Special Issue – Gender, Sexuality and Feminism in the Caribbean: Transdisciplinary Engagements
by Halimah A.F. DeShong and Charmaine Crawford
Guest Editors’ Note
by Eudine Barriteau
by Tonya Haynes
This article seeks to challenge the location of Caribbean feminist scholars “outside” a Caribbean intellectual tradition. It does so by way of exploring both the contributions of Caribbean feminisms and engagements with Caribbean feminist theorising. The focus is largely on feminist thought produced in the social sciences (as well as history, law and Cultural Studies to some extent) and in women’s/feminist movements since the 1970s. It explores with the assessments of scholars who are explicitly engaging in a project of understanding and documenting a Caribbean intellection tradition, particularly a radical one, or who have indicated that they are assessing Caribbean social and political theory. I heighten focus on the extent to which work in this area has positioned its engagement with Caribbean feminist thought against a background of popular discourse on black male marginality.
Key Words: Caribbean radical tradition, feminist thought
by Tracy Robinson
This article examines the value ascribed to caring work in the context of Anglophone Caribbean family law and proceedings dealing with child support and family property. While some new laws convert caregivers in serious heterosexual unions into rights holders, low income mothers who use summary courts dealing with child support to demand respect and that account be taken of their caring work often face legal proceedings that demean the care they give. These developments and the value of caring work are nuanced by ‘modern’ notions equality, independence and reasonableness that both draw on feminist ideas and disavow them.
Key Words: caring work, citizenship, Anglophone Caribbean family law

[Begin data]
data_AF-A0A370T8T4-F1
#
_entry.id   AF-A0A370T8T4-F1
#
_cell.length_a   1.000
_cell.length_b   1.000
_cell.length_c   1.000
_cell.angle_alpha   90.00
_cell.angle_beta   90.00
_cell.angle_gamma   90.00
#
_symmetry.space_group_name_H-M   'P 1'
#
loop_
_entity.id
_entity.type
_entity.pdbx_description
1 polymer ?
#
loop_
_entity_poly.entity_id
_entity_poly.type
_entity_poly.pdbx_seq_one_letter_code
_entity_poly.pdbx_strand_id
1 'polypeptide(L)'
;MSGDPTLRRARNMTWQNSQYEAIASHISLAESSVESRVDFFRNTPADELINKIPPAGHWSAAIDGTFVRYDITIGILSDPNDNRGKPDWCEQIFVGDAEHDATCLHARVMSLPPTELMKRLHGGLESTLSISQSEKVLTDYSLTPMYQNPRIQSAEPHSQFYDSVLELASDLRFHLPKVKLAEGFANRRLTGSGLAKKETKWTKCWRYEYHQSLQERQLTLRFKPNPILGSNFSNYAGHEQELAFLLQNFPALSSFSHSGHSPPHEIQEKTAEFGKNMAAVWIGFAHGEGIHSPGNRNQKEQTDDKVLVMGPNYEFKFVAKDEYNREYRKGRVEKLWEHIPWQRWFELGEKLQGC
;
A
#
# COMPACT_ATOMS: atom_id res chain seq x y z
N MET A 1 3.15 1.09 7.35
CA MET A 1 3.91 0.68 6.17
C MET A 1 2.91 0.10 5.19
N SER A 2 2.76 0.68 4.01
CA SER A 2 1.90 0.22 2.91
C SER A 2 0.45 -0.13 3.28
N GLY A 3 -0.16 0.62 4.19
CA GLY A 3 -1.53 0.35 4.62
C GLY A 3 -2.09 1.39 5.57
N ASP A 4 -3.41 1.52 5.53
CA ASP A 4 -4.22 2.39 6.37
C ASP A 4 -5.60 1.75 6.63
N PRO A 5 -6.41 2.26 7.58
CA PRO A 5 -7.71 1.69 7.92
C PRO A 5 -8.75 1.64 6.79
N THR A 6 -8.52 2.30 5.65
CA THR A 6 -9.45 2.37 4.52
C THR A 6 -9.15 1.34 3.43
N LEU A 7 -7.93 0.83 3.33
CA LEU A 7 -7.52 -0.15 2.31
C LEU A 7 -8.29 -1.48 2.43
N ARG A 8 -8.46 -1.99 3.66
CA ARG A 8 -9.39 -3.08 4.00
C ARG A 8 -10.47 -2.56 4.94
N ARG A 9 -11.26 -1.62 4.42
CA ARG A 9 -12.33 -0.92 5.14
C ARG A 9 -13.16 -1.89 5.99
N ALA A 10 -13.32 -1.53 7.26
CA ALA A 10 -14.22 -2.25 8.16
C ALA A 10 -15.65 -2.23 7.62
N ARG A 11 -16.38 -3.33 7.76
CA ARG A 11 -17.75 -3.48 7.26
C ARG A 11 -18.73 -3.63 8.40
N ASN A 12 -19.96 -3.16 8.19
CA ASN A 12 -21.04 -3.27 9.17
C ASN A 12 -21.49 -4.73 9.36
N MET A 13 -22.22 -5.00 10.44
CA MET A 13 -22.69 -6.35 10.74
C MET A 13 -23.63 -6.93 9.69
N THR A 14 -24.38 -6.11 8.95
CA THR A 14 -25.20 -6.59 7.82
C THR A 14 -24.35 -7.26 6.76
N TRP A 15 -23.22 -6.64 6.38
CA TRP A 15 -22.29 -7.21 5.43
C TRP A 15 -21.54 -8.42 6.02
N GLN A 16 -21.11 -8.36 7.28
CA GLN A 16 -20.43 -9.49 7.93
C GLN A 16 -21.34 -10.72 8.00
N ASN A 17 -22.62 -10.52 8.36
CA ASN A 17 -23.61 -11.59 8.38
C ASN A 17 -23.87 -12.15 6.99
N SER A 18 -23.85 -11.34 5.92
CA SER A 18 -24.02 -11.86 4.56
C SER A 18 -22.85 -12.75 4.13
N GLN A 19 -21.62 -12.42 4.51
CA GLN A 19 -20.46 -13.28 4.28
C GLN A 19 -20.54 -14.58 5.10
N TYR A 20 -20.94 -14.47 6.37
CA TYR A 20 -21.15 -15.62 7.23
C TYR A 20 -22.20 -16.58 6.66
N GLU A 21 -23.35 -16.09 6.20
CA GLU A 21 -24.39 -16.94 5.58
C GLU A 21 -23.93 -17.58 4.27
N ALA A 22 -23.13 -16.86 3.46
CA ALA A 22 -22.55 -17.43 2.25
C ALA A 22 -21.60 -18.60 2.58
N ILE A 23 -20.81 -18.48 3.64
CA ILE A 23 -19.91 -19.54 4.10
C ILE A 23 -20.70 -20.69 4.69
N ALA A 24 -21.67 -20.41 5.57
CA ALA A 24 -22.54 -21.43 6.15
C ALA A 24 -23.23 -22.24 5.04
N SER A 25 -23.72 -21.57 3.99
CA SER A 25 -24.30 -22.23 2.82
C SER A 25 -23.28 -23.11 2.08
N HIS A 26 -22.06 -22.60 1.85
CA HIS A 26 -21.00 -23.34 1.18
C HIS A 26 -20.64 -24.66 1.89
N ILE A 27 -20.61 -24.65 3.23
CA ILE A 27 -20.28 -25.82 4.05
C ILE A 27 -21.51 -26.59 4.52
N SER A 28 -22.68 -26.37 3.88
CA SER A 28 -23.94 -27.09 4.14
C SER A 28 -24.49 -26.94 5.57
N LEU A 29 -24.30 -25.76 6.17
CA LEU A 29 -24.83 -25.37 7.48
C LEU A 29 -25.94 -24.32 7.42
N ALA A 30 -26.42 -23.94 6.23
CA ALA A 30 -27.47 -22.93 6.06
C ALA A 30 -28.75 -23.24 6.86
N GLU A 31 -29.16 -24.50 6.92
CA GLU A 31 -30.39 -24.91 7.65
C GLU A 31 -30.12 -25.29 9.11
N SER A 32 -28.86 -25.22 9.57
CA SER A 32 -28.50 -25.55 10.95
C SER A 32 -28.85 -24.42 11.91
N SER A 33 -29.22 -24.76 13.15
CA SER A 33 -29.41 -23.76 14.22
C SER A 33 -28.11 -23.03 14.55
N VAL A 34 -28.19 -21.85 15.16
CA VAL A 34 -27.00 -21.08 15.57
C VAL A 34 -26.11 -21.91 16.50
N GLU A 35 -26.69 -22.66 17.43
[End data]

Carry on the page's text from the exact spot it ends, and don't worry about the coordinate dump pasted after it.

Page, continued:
by Halimah A.F. DeShong
Studies of violence against women in intimate heterosexual relationships have consistently pointed to a tendency by men to minimise the frequency and severity of their abuse. While men often engage a number of strategies in the process of accounting for intimate partner violence (IPV), this article explores their tendency to minimise, attenuate and engage in (strategic) silences in these narratives. A combination of narrative and discourse analysis techniques is applied to data emerging from qualitative in-depth interviews with 32 Barbadian and Vincentian men on their use of violence against a female partner. Whether men are responding to a public loathing of violence, managing the public selves produced in interviews or performing masculinity, a focus on how men story violence provides a critical space from which to create IPV interventions.
Key Words: silence, minimisation, attenuation, intimate partner violence, narrative and discourse analysis, gender, masculinity, power
by Nikoli Attai
Caribbean queerness has gained increased attention by activists working in the Anglophone Caribbean. This is evidenced by a concerted effort engage publicly, a wide range of issues affecting queer people across the region. To this end, numerous advocacy groups have been formed in the region and in diaspora metropolitan cities in North America and Europe to address, among other things, the issue of criminalisation of homosexuality in Caribbean countries. This paper provides an overview of some of these recent human rights interventions, and also explores other popular campaigns in the region that focus on human rights for Caribbean queers.
Key Words: Human Rights, Queer Activism, Anglophone Caribbean, Canadian Homoimperialism
Defiling the Feminine?: Women Who Kill – Female Criminality in Jamaica at the Turn of the Twentieth Century
by Shakira Maxwell
The paper examines specific cases of women who came before the court system in Jamaica at the turn of the twentieth century charged with committing infanticide, concealment of birth, murder or manslaughter. In examining the cases and the justifications given for the crime I highlight the response by the justice system and where possible, the larger society to these women. I also consider particular problems evident within the Jamaican society at this time which served as the catalyst for a number of women to respond in the most violent of manners. By so doing, I attempt to provide a glimpse into the lives of specific women accused of killing in the island at a particular time in history.
Key Words: female criminality, Jamaica, infanticide, child murder, poisoning